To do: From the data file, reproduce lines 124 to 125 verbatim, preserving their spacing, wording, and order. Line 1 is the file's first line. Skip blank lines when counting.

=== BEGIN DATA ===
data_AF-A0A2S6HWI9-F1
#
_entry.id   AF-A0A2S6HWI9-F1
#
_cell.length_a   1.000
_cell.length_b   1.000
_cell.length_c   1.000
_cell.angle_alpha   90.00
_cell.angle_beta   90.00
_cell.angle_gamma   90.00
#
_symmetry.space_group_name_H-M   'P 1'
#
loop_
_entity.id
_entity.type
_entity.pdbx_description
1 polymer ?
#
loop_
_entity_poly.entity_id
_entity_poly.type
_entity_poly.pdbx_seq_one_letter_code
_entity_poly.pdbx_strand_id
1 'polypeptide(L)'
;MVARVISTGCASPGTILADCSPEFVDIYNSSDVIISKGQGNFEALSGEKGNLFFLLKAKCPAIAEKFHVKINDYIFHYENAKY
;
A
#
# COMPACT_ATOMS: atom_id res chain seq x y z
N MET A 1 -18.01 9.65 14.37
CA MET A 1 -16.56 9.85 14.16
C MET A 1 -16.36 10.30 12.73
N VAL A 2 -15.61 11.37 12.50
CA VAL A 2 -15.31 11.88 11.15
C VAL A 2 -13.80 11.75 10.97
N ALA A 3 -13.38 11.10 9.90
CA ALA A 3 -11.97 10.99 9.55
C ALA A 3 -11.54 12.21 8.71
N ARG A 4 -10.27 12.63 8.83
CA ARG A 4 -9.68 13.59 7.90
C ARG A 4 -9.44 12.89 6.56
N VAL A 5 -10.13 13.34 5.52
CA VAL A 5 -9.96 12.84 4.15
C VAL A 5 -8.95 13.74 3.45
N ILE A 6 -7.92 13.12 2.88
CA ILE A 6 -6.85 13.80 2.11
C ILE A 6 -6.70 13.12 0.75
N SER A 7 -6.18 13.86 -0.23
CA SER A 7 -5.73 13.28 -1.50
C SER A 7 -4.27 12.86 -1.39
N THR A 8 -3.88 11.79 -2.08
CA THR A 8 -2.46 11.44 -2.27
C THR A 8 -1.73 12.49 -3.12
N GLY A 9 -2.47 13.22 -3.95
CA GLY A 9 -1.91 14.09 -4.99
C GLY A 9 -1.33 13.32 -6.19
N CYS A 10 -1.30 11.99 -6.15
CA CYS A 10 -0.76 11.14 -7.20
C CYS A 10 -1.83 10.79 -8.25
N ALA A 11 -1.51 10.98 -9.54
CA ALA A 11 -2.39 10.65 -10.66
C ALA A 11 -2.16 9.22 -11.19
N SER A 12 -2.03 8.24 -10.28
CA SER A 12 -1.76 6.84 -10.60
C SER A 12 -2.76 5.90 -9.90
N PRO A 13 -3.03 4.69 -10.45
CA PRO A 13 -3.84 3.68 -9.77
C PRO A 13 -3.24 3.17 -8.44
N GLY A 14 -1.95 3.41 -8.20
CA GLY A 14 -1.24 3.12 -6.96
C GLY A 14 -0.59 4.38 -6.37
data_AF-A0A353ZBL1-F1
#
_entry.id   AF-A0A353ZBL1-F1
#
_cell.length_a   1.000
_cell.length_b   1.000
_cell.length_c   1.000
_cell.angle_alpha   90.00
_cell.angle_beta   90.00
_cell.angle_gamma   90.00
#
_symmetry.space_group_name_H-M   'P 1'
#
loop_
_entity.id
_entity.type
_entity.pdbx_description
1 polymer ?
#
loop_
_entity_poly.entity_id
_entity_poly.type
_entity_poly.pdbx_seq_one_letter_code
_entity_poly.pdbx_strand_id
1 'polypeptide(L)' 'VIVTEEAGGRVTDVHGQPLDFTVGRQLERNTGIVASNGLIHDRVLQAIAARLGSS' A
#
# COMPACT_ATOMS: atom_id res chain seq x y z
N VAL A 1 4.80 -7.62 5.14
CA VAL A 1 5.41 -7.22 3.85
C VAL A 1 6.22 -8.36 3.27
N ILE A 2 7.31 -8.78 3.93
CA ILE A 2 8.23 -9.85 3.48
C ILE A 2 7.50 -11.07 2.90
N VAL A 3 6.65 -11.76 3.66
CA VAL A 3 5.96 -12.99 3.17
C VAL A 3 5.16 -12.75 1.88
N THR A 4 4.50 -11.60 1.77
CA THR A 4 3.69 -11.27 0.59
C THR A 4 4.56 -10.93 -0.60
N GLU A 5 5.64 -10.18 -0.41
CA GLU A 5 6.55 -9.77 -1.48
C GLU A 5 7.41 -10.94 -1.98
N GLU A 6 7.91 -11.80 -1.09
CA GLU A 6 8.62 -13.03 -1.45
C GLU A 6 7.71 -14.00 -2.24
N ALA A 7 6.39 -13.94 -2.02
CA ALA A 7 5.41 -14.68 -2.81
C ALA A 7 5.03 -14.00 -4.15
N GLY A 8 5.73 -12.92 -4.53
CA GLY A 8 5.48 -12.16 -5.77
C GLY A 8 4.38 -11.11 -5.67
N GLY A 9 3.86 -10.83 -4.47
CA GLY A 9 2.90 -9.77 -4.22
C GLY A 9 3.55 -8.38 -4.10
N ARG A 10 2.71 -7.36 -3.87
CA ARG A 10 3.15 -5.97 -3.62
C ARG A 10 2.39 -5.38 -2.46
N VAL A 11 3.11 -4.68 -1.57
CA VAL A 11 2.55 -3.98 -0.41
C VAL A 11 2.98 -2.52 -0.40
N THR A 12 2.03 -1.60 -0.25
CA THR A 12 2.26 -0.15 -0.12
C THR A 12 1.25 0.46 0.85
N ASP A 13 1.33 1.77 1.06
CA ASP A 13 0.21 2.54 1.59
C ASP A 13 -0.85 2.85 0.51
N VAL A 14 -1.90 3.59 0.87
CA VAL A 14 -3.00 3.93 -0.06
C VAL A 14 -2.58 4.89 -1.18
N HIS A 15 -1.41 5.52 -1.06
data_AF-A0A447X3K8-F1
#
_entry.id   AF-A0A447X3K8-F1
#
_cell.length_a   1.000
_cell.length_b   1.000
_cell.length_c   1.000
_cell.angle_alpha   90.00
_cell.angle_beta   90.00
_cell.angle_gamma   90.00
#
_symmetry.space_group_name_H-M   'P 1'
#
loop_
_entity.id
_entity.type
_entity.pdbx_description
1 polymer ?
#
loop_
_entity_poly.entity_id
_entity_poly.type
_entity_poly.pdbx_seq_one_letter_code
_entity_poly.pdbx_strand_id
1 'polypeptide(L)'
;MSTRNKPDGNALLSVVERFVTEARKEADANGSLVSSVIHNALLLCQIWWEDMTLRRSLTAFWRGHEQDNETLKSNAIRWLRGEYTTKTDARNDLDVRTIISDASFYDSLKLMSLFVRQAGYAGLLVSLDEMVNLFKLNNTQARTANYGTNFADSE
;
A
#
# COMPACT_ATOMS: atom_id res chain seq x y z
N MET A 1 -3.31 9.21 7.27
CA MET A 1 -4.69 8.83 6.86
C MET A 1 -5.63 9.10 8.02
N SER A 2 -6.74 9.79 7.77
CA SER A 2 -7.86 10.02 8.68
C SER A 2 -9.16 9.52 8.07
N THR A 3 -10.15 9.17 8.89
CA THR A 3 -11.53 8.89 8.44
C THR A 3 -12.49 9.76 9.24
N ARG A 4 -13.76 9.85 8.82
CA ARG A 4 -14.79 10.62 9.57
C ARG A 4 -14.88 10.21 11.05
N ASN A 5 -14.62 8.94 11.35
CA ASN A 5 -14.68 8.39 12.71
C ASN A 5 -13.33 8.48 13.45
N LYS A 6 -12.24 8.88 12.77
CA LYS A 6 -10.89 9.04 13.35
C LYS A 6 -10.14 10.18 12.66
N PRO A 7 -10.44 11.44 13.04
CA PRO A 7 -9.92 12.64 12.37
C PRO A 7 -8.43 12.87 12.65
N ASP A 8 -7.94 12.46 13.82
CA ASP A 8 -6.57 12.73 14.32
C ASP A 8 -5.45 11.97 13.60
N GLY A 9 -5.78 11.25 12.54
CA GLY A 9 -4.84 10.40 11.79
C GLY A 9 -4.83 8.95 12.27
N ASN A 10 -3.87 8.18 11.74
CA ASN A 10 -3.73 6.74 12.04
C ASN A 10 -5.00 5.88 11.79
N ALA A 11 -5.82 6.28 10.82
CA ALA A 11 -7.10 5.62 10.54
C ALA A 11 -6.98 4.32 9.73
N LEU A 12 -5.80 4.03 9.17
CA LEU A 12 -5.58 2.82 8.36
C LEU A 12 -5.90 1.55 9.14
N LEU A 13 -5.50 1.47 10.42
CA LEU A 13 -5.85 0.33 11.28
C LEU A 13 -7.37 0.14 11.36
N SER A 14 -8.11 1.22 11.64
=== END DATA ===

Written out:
N GLY A 9 3.86 -10.83 -4.47
CA GLY A 9 2.90 -9.77 -4.22